Here’s the best part. Immediately after you take the veggies from the oven, lightly pour extra virgin olive oil over the veggies and sprinkle lightly with sea salt or kosher salt. The buttery oil with the coarse salt is delicious together and you’ll never miss the butter.

Start with asking yourself or your family, “What are my top 3 vegetable favorites?” Try to vary the colors. Then add 1 or 2 “not so favorite” or “never tried” to give some variety. Mix them up or serve one at a time. The choice is yours.

Remember Vary the color and add Variety to promote your Vegetable success.

January 19, 2010

Very Good Very Easy Vegetable Stock

Genesis talks about Isaac loving Esau because of the wild meat he would bring him, and Rebekah loving Jacob more. In one commentary, it stated that “the children please their parents according as they supply what is lacking in themselves. Isaac, himself so sedate, loves the wild, wandering hunter, because he supplies him with pleasures which his own quiet habits do not reach. Rebekah becomes attached to the gentle, industrious shepherd, who satisfies those social and spiritual tendencies in which she is more dependent than Isaac.”

Often we admire or like those things in people that benefit us. We also admire those things that we lack ourselves. I have friends that are absolutely gifted in the organization of their home. I certainly admire this and benefit from their example and enthusiasm of their giftings.

I hope to inspire those around me to take an inventory of the natural food we are feeding ourselves and make better choices, perhaps when we thought we didn’t have the time or ability to do so. Why should eating better be a priority? Just like we are to be good stewards of our material possessions, we need to be good stewards of the physical body God has given us. Being a good steward of my time has motivated me to find faster ways to provide healthful food for my own family.

In less than 15 minutes you can make your own vegetable stock for soups, rice, and more. Why make your own stock? It’s not so much what’s in your homemade stock as what’s NOT in it, too much sodium, hydrolyzed oils, MSG; the list goes on. We choose vegetable stock over chicken stock to lower our saturated fat intake. How do I have the time to make my own stock? By taking 15 minutes after dinner…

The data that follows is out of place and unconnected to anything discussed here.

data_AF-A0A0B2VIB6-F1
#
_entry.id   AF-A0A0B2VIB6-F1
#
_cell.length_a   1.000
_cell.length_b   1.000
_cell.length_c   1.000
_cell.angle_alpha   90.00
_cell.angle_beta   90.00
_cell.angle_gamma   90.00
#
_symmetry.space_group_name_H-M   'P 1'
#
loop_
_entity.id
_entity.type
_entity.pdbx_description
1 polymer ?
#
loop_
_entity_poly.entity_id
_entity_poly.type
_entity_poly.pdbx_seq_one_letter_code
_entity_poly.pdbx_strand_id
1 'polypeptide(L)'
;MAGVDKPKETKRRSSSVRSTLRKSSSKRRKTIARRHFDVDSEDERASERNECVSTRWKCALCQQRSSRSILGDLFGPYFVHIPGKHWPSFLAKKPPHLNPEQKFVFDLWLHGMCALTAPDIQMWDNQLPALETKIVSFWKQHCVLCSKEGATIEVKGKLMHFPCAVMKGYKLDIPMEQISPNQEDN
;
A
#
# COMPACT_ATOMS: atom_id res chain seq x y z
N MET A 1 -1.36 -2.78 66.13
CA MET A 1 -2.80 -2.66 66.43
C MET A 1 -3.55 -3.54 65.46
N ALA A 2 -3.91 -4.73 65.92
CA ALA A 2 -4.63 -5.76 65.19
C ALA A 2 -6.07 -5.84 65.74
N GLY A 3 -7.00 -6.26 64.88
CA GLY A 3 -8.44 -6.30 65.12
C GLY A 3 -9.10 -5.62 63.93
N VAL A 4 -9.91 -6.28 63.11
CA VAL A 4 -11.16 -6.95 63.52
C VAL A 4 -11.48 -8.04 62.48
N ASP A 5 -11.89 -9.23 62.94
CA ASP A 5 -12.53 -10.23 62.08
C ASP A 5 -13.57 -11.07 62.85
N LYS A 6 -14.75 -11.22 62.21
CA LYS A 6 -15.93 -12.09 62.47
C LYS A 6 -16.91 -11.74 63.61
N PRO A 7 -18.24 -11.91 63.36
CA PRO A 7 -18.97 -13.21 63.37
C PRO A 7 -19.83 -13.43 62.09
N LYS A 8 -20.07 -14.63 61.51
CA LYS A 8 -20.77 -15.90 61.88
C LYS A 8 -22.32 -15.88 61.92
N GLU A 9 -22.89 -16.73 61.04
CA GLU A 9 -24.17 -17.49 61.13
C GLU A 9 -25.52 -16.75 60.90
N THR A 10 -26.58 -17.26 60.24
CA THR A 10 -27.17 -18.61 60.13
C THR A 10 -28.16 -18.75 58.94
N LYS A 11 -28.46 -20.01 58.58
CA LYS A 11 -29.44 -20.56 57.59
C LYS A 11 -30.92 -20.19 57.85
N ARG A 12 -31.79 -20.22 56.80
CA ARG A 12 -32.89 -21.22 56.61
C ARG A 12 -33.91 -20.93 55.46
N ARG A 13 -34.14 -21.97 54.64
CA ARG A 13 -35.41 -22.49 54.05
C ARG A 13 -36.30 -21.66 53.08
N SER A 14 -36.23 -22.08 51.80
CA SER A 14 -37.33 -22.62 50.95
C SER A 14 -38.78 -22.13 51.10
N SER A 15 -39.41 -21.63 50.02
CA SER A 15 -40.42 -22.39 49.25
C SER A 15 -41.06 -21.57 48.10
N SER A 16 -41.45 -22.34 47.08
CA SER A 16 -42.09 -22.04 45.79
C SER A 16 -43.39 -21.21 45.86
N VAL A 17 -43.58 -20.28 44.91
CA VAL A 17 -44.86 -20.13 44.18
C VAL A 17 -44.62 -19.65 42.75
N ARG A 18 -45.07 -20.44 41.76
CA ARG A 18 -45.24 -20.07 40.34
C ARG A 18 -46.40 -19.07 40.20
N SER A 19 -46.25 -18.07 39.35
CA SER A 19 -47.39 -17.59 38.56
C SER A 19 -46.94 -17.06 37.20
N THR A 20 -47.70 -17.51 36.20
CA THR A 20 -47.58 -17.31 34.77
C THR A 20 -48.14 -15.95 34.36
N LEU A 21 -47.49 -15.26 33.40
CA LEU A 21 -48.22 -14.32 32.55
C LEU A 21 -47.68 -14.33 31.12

Basic Vegetable Stock

6 qt. crockpot
2 onions, quartered
3 carrots, cut into thirds
3 celery stalks plus any leaves
1 garlic bulb/head, cut in half
2 tsp. sea salt
10-12 peppercorns
handful parsley

Wash but leave skins on. Use as many organic vegetables as possible. Toss in crockpot and fill with filtered water. Set to “high” and let work overnight for 8-12 hours. I like “high” to keep a good simmer and evaporate some of the water. In the morning, let cool, strain and put in freezable quart containers. You now have 4 quarts of clear, deliciously rich vegetable stock that took 15 minutes of your time to fix. The health benefits of the vegetables cooking in the water and the elimination of harmful ingredients make whatever time you took to prepare it, worthwhile. I often have 2 crockpots at a time going to have enough for the week. Freeze and thaw when needed.

What talents do others have that benefit you? What gifts do you have that others can benefit?

January 13, 2010

Taco Salad Goodness

Taco Salad is one of my favorite salads to eat. I grew up eating the ones my mom would make for us. Since it’s been so cold I haven’t wanted salads as much but they are a vital part of a nutrient dense eating plan. But even a regular taco salad can use improvement. Let’s see how we can take 15 minutes at a time and make a meal…

Taco Salad (New and Improved)

After dinner last night I took 15 minutes to cook up the meat with the spices. This taco meat recipe is adapted from Suzanne Somers’ book, Eat Great, Lose Weight.

2 tbl. olive oil
1 medium onion, chopped
Cook on medium high until tender.